Personal information may have been exposed when a laptop was stolen from an employee’s office of New Mexico Oncology and Hematology Consultants (NMOHC). NMOHC started notifying affected customers about the data theft incident. They were advised to monitor their credit reports and financial accounts for any unauthorized activity.
As 12,354 cancer patients’ data has been compromised there is possible violation of protected health information (PHI). PHI includes names, birthdates, addresses, diagnostic results or information related to treatment and insurance information. No Social Security numbers or driver’s license numbers were on the laptop.
NMOHC was not aware about any unauthorized activity related to stolen information but they are instructing customers to report same.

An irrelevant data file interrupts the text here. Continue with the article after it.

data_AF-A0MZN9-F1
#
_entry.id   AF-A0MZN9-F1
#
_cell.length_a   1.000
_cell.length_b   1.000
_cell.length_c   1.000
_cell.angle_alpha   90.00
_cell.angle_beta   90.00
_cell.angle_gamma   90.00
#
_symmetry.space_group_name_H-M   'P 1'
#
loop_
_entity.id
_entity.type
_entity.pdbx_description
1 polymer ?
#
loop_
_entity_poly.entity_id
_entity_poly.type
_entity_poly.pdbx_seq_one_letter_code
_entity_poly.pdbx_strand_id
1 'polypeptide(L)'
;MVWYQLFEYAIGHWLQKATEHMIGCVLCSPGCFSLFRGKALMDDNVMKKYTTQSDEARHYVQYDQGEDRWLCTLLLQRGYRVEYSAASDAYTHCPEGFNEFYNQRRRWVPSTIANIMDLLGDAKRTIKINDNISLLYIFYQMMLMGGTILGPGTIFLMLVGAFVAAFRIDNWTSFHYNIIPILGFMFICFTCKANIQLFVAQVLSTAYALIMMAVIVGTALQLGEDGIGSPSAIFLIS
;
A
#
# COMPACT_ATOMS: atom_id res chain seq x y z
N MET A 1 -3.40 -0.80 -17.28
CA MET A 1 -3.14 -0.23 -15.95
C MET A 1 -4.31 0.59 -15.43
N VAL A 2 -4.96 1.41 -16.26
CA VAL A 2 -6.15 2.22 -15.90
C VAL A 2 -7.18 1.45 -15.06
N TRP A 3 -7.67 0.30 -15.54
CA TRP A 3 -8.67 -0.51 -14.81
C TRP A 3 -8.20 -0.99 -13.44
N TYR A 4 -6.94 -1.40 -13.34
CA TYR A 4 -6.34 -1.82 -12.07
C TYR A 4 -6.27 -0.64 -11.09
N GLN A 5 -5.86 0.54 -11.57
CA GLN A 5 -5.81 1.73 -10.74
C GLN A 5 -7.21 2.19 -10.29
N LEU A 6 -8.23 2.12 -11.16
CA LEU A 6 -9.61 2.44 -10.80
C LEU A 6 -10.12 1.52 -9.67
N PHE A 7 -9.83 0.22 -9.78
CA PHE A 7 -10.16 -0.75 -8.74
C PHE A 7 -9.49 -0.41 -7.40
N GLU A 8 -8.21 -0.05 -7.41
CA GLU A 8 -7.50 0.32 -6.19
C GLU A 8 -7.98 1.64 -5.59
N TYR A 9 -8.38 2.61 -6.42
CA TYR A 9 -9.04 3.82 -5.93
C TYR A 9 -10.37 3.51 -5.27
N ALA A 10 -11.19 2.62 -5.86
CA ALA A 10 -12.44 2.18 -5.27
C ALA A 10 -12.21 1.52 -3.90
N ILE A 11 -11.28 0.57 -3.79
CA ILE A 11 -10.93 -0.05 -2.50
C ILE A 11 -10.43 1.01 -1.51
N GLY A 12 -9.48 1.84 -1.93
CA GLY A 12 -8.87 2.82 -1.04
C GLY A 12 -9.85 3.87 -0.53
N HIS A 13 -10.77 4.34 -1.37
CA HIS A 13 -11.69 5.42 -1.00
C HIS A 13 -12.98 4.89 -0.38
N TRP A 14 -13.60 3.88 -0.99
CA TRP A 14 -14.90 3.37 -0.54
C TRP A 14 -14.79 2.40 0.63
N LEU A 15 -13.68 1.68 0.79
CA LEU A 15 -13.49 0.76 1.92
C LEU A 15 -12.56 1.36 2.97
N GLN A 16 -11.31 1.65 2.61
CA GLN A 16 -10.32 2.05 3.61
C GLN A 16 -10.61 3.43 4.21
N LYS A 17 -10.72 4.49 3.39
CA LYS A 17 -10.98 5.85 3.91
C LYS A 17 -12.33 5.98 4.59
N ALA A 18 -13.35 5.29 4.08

The organization said in a statement on its Web site. “While NMOHC hopes to recover the stolen computer and PHI, that may not be possible,” adding, “In an attempt to prevent further breaches of PHI, NMOHC has increased physical security safeguards as well as implementing additional security safeguards on all laptops. NMOHC is also strengthening other aspects of its internal HIPAA security program.”
With the important information like PHI being stolen more actions are taken by the organization to prevent data loss.
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Organizations, especially corporate giants, have to have an information security policy in place that proves they have taken necessary steps and measures to safeguard the information they gathered. If these policies are not adhered to, the regulators may prosecute.